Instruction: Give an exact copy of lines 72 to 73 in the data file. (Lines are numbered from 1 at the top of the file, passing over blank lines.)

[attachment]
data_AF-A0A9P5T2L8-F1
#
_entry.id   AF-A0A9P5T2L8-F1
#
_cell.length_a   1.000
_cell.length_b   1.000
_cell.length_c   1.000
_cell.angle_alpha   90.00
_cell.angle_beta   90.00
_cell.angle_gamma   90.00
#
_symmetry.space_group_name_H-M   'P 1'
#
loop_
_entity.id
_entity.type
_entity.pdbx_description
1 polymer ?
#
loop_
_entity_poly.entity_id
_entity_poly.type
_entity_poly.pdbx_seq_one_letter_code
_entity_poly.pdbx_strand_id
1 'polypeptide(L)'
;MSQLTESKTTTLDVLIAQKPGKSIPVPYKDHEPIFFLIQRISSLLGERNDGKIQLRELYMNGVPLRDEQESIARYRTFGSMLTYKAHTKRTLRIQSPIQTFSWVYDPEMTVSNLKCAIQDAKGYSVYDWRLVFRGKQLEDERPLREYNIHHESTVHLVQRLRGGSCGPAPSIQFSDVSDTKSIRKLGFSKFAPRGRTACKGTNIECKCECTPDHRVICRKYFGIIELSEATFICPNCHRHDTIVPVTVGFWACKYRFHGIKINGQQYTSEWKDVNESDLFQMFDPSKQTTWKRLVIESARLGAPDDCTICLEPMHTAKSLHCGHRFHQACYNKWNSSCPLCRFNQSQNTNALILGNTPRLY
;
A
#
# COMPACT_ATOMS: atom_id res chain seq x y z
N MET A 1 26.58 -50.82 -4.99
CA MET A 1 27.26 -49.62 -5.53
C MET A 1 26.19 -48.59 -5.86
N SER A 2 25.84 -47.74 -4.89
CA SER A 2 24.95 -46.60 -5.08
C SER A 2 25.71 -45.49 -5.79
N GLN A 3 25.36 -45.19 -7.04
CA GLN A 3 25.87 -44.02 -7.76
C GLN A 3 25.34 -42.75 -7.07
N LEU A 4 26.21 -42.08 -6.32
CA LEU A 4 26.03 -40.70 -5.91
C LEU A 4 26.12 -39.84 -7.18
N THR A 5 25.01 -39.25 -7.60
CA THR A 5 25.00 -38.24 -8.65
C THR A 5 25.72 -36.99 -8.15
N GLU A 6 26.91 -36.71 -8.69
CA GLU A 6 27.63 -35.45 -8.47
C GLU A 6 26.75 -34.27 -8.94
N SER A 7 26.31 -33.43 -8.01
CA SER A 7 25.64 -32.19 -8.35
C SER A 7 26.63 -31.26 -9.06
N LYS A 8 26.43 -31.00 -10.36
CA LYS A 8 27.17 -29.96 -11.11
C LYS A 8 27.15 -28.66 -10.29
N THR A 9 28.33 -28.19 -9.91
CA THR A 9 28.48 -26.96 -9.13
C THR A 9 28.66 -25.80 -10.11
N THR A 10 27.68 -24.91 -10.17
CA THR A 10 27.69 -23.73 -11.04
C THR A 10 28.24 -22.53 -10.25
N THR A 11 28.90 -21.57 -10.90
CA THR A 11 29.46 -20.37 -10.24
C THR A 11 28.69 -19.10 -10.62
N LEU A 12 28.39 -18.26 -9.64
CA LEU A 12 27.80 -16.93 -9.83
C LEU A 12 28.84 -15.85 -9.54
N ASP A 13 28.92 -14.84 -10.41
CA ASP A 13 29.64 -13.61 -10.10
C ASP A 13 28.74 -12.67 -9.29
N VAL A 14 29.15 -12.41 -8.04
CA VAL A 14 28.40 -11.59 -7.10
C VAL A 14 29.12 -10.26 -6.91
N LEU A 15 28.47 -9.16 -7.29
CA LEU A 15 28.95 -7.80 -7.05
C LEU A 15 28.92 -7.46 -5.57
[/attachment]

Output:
C VAL A 14 29.12 -10.26 -6.91
N LEU A 15 28.47 -9.16 -7.29